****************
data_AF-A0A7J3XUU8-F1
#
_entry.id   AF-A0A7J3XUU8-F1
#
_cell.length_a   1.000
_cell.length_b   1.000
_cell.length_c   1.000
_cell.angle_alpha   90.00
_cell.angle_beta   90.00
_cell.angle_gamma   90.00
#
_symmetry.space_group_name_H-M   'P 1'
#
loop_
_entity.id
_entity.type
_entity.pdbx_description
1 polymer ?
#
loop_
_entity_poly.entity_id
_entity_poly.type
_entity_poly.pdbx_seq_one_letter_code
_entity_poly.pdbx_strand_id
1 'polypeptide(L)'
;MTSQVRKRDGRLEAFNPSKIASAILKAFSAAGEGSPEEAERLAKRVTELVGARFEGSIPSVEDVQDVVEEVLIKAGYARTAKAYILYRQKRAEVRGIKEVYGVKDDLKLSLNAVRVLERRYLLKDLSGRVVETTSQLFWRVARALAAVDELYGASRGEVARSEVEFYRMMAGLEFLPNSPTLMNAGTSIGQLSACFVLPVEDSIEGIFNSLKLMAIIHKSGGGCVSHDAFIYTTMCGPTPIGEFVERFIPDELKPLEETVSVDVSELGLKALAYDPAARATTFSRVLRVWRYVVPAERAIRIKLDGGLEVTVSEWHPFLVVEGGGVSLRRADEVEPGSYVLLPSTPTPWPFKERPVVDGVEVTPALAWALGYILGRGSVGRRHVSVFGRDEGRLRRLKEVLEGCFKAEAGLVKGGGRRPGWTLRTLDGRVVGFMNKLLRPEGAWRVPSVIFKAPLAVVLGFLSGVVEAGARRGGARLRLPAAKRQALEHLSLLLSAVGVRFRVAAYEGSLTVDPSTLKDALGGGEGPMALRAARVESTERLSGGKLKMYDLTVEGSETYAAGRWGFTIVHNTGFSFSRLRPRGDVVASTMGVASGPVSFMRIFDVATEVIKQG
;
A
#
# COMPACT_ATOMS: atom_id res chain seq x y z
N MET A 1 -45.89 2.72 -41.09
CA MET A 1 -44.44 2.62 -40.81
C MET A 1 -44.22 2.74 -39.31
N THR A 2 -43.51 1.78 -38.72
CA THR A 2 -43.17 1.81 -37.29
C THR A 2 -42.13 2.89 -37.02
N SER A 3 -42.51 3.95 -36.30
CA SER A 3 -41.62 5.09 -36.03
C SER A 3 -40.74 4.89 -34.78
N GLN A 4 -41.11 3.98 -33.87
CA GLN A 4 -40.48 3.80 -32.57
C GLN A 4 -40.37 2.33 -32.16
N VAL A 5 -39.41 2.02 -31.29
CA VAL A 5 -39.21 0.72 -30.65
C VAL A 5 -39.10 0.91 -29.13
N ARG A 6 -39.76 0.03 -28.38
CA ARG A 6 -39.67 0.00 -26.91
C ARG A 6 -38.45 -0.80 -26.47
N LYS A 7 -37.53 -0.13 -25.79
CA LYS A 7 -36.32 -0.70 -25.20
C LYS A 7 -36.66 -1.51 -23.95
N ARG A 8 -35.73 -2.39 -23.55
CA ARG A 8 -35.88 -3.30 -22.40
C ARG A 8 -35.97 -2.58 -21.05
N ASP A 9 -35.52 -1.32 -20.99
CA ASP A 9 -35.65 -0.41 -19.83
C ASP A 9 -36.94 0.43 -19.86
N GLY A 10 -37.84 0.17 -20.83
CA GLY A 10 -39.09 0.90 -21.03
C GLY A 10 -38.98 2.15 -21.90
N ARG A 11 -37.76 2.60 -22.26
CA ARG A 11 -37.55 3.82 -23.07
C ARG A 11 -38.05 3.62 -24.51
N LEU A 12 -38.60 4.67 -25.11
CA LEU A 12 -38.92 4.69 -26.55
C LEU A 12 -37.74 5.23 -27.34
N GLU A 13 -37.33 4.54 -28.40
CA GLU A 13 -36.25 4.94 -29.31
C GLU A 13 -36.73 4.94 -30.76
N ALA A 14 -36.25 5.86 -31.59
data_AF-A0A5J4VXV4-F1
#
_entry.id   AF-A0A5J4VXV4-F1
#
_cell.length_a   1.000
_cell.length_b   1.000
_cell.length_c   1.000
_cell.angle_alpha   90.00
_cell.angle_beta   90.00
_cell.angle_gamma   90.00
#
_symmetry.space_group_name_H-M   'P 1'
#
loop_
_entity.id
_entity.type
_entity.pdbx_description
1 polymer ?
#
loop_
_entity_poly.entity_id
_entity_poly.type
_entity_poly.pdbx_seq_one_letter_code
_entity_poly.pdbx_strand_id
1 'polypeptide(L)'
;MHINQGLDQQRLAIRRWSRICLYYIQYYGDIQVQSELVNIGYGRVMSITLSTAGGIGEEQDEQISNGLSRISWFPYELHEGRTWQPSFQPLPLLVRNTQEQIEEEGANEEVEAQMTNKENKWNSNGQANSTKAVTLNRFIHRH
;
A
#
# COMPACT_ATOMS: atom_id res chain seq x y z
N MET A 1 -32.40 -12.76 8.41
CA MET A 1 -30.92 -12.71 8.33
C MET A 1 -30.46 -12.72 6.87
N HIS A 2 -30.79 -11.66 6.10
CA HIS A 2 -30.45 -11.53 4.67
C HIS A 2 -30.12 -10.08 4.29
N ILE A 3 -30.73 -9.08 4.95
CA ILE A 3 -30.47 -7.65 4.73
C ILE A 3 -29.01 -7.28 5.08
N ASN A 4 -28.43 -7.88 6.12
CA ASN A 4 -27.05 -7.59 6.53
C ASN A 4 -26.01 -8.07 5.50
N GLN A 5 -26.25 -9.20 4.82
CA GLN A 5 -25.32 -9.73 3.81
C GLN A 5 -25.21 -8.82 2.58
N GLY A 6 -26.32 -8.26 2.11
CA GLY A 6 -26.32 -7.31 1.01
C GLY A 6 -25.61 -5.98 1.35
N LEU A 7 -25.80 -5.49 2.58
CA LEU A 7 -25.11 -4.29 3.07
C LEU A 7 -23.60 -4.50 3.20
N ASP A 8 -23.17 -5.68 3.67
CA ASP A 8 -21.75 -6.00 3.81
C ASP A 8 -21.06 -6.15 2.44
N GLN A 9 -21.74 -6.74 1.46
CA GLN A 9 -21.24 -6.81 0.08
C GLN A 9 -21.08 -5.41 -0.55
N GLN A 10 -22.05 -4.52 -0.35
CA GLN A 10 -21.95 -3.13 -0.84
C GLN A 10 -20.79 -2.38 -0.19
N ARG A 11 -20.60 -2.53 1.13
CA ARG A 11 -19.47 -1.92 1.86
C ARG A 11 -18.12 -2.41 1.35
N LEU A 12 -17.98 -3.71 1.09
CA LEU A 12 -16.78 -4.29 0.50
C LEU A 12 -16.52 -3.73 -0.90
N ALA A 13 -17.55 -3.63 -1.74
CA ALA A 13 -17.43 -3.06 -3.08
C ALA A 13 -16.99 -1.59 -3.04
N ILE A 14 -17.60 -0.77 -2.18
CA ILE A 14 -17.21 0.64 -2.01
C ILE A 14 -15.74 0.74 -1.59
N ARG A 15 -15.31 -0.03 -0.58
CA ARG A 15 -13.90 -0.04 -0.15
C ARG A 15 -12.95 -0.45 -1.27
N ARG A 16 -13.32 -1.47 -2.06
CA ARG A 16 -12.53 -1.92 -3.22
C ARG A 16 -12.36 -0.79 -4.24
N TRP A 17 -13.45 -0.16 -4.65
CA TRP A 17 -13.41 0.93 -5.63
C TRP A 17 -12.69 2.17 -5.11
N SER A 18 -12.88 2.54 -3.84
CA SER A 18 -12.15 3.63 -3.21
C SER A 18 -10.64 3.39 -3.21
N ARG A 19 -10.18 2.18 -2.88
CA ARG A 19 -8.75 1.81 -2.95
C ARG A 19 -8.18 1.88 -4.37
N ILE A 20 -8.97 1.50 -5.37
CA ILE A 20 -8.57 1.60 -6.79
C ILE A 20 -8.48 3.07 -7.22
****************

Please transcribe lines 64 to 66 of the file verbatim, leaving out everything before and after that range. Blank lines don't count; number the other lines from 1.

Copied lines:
N LEU A 12 -38.60 4.67 -25.11
CA LEU A 12 -38.92 4.69 -26.55
C LEU A 12 -37.74 5.23 -27.34